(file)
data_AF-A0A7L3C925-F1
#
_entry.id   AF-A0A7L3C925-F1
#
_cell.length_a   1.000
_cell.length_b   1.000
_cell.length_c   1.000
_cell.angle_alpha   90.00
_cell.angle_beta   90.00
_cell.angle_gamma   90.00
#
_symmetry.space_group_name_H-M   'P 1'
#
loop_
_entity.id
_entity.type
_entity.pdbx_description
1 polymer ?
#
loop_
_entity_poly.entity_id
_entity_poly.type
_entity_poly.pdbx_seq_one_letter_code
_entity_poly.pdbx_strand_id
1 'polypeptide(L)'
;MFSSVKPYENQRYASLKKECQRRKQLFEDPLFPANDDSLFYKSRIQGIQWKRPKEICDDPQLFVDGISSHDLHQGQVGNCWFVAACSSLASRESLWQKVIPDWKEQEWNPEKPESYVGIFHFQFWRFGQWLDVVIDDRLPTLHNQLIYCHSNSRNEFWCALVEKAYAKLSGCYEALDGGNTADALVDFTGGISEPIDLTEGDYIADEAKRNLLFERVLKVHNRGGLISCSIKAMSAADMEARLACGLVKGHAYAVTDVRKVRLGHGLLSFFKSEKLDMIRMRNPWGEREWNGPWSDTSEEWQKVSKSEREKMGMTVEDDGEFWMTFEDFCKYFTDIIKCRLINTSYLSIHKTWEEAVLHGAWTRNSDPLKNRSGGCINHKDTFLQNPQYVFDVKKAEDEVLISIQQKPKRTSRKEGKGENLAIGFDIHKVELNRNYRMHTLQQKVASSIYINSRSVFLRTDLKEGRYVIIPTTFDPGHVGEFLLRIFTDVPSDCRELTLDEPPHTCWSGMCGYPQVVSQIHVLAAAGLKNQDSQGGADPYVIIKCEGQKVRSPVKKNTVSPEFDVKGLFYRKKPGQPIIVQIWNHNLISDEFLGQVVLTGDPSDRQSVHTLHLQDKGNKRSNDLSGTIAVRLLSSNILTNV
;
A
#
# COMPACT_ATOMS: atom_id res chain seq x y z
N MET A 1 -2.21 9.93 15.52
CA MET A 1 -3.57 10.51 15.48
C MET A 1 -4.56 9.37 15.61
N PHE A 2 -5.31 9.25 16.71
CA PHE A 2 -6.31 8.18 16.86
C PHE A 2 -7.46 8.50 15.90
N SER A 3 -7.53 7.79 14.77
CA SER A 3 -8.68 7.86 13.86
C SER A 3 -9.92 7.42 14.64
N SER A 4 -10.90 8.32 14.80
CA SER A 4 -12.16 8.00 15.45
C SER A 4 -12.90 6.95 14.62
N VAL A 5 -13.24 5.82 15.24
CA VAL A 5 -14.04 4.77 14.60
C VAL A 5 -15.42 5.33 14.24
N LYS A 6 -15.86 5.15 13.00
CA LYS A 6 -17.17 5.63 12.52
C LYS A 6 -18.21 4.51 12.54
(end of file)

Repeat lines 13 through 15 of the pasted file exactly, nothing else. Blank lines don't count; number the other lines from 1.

#
loop_
_entity.id